The aim of this course is to prepare students to communicate and create new knowledge in the many different spheres - academic and business; personal and community - of life and work. The course is designed to help students gain control over the conventions of writing through readings, extensive writing practice, guided self-evaluation and feedback from the course tutor. Topics include effective writing processes, academic writing format and style, rhetorical methods of organization, critical reading skills and integrating and documenting research sources. Students will also learn to find guidelines for writing and apply grammatically correct and academically appropriate sentence structure, style, diction and tone.
Print- or Web-Based.
Any one of the following is recommended: 73% or better on the British Columbia combined English 12 or English 12 First Peoples and Government exam (within the last five years); or Level 4 on the composition section of the Language Proficiency Index (within the last two years); or Completion of TRU English 060 or TRU-OL ENGL 0601 or equivalent.
Students with credit for SFU ENGL 1999, or TRU ENGL 1100 may not take this course for further credit. If in doubt, please consult your academic advisor.
After successfully completing this course, you will be able to:
- Utilize a university-level writing process which involves prewriting, planning, multiple drafting, conferring, revising, and editing/proofreading with a focus on grammatically correct style.
- Perform university-level critical analysis of texts by identifying and evaluating controlling ideas, supporting ideas, dominant rhetorical patterns, tone, context, and features of style.
- Produce a substantial body of successful writing, including writing effectively under a time restriction.
- Develop an argument with a thesis or controlling idea, using appropriate language and rhetorical patterns and accurate, relevant, specific, and sufficient supporting material for its audience and purpose.
- Write unified, coherent paragraphs, including effective introductions and conclusions, and transitions between and within paragraphs.
- Write correct, clear, cohesive, and effective English.
- Vary style purposefully through manipulating sentence rhythms, sentence variety, vocabulary, and figurative language.
- Find and evaluate source material, which may include personal knowledge and interviews, print and electronic media.
- Integrate source material (including quotations, paraphrase, and summary) purposefully and effectively, providing suitable authority and context.
- Document sources fully and ethically according to a current documentation system (i.e., MLA).
The course is organized into four instructional units, which are further divided into topics of study, as follows:
Unit 1: Writing Analytical Essays
- Topic 1: Principles of Effective Writing
- Topic 2: The Writing Process I-Planning
- Topic 3: The Writing Process II-Organizing and Drafting
- Topic 4: The Writing Process III-Revising and Editing
Unit 2: Developing a Rhetorical Repertoire
- Topic 1: Illustration by Example
- Topic 2: Process Analysis
- Topic 3: Classification
- Topic 4: Definition
- Topic 5: Some Editing Issues
Unit 3: The Research Essay
- Topic 1: Effective Reading
- Topic 2: Using Secondary Research
- Topic 3: Using Primary Sources
- Topic 4: Comparison
- Topic 5: Documentation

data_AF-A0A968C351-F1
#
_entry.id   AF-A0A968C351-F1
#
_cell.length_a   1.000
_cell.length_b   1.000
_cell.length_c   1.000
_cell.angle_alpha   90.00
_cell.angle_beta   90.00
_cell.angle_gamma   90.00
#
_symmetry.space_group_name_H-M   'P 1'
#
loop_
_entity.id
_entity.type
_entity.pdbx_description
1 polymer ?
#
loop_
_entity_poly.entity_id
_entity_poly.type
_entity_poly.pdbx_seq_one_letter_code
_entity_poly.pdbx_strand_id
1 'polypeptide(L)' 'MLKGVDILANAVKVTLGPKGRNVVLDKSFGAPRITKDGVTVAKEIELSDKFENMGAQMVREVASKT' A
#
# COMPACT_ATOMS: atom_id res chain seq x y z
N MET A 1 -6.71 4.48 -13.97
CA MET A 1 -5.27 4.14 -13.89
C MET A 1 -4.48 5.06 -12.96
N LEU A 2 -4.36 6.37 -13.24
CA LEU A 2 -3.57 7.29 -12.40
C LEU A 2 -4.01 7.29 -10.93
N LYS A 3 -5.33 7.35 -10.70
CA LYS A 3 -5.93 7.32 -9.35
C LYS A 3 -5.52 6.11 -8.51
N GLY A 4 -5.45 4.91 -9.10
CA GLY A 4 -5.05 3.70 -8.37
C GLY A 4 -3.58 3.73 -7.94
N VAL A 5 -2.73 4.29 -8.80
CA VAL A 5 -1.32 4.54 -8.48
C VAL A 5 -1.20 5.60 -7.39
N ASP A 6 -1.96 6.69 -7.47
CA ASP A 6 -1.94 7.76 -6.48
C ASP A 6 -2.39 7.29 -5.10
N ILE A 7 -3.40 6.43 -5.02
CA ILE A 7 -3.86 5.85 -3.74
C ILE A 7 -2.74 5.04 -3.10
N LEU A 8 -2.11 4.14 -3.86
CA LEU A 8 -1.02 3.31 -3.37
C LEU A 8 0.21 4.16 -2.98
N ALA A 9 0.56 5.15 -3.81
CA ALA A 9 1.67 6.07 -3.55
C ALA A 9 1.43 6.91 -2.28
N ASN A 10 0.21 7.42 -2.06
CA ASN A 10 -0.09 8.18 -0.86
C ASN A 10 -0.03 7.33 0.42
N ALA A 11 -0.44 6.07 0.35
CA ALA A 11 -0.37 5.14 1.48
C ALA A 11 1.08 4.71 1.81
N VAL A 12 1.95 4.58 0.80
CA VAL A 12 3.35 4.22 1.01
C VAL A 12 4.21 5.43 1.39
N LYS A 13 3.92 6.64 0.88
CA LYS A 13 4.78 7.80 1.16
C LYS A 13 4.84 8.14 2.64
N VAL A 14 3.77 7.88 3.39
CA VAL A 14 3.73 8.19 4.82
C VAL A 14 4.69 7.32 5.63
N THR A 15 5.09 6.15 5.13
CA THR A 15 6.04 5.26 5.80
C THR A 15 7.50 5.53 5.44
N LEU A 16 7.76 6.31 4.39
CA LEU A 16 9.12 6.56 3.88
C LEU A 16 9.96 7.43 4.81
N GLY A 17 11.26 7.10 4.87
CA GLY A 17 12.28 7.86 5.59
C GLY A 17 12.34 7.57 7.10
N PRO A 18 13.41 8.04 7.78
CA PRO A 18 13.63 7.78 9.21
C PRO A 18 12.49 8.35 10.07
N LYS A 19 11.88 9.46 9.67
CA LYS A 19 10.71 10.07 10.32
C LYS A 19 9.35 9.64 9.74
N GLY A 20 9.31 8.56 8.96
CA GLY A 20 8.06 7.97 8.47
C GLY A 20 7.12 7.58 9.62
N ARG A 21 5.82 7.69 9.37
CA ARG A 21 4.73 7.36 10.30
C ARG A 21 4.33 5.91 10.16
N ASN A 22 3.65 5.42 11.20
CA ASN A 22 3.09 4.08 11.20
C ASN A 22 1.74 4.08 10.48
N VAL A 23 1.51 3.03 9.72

- Topic 6: Punctuation
Unit 4: The Persuasive Essay
- Topic 1: Cause and Effect
- Topic 2: Evaluating and Creating Arguments
- Topic 3: Some Elements of Style
Maximum Completion30 weeks.
Required Text and Materials
Students will receive all course materials including the textbook in their course package.
Reinking, James A., et al., Eds. Strategies for Successful Writing. 3rd Canadian ed. Toronto: Pearson, 2007.
Type: Textbook. ISBN 9 780131 984677
NOTE: Students will receive a custom edition of the text reprinted in 2010 by Pearson for Thompson Rivers University-Open Learning Division. Type: Textbook: ISBN 978-0-558-8365-0 / 0-558-83645-3
Access to TRU Library (either online or in person) or to a public library, to complete research is required.
Computer with Internet is required for web-based version of this course. Refer to pages 104-105 or the TRU-OL website.
Optional MaterialsSupplemental Resources (Recommended)A writing handbook is a recommended resource that you can use not only in ENGL1101, but also as a reference when writing any assignment or other writing task. In addition, many handbooks have accompanying workbooks for further practice in basic writing and grammar skills; you may want to acquire one of these as well. Suggestions include the following:Hodges, John C. et al. Harbrace Handbook for Canadians. 6th ed. Scarborough: Nelson, 2003.Connor, William. Harbrace Workbook for Canadians. 6th ed. Scarborough: Nelson, 2003.Aaron, Jane E., and Murray McArthur. The Little, Brown Compact Handbook. 3rd Canadian ed. Toronto: Pearson, 2006.Aaron, Jane E., Murray McArthur, and Kathryn McArthur. Exercises to Accompany The Little, Brown Compact Handbook. 3rd Canadian ed. Toronto: Pearson, 2006.Harris, Muriel, and Judi Jewinski. Prentice Hall Reference Guide for Canadian Writers. Toronto: Pearson, 2009.
Open Learning Faculty Member Information
An Open Learning Faculty Member is available to assist students. Primary communication is by phone if you are taking the print version of the course and through Blackboard's "Mail" tool if you are taking the web version. You will receive the necessary contact information when you start your course.
In order to successfully complete this course, you must obtain at least 50% on the final examination and 50% overall.
The final grade is determined as follows: